We all know about the Federal court case Perry v. Schwarzenegger making its way through the appeals process, the one addressing whether California’s constitution, as amended by Proposition 8, violates U.S. Constitutional protections. But there is also another Prop 8-related case, ProtectMarriage.com v. Bowen, addressing whether donors to proposition campaigns should be able to donate anonymously.
Plaintiffs argued that donors were harassed and that the $100 cumulative threshold for disclosing donor identification is too low. The state defense team argued that publicizing campaign donor identities is critical for an informed electorate.
U.S. District Judge Morrison England, Jr. ruled in favor of the state. The ruling is expected to be repealed.
California law requires the disclosure of the identity of anyone who contributes $100 or more to a campaign. ProtectMarriage.com said the $100 limit was too low, and it claimed it qualified for an exception to disclosure laws once granted by the U.S. Supreme Court to the National Association for the Advancement of Colored People and the Socialist Workers Party.
England was skeptical throughout the hearing. The Socialist Workers Party involved relatively few people, he said, and belonging to the NAACP in the early 1950s “could cause you to be killed.” In contrast, he said, Proposition 8 proponents not only enjoyed the support of millions of people, but prevailed in the election.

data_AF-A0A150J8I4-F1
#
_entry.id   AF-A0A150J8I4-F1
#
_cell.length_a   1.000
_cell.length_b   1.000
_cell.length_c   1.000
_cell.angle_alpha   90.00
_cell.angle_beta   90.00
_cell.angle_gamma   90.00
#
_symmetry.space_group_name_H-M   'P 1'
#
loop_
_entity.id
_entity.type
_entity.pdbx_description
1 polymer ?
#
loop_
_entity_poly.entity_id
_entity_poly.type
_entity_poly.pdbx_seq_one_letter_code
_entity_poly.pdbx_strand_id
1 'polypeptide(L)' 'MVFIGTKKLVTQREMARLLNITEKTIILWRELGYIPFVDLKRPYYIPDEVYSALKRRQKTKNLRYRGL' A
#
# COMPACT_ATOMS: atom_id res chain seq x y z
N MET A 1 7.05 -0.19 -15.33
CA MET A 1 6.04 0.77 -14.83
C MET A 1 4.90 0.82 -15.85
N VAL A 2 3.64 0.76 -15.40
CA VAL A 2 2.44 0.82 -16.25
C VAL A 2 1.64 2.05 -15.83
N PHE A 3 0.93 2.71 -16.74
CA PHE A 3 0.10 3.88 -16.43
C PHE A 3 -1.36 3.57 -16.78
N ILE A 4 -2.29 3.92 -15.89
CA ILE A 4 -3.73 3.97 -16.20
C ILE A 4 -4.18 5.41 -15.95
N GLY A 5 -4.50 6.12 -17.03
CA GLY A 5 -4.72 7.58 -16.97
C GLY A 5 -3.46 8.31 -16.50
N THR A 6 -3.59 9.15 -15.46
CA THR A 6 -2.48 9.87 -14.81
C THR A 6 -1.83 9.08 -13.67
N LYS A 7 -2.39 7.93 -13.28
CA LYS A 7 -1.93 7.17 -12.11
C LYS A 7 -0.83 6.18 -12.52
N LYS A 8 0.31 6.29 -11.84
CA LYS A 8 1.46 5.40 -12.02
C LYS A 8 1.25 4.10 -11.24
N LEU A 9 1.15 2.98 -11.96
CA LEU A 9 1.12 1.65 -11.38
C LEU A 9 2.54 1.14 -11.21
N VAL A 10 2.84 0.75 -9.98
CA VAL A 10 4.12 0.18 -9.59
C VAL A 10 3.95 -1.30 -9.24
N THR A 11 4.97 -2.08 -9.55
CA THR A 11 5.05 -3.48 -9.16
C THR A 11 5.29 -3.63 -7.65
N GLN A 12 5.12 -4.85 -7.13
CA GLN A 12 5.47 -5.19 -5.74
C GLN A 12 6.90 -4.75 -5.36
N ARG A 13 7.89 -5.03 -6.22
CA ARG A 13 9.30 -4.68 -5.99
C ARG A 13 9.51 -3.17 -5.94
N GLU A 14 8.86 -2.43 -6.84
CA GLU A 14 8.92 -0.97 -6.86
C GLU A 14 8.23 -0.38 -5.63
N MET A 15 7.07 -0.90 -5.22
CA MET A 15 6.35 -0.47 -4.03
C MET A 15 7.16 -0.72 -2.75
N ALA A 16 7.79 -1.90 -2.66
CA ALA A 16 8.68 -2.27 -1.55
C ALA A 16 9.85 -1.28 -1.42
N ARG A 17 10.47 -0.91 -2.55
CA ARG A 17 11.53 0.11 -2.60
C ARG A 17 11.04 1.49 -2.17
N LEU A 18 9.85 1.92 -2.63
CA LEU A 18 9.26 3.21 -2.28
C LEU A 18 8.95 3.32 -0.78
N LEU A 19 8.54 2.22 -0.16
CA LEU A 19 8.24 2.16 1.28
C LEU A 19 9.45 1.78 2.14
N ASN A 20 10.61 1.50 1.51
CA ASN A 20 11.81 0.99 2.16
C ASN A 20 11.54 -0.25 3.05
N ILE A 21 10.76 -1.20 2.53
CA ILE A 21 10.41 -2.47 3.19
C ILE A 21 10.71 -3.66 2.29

The judge read from a batch of declarations in which people claimed yard signs were stolen, that they received harassing phone calls, or, in one case, that people protested outside someone’s business. “That’s the extent of what happened,” he said.
The docket for the case, including the January 2009 order denying a preliminary injunction on disclosures is available here. The October 20, 2011 ruling had not been uploaded to that site as of today’s post (it may be available on PACER, I haven’t checked).
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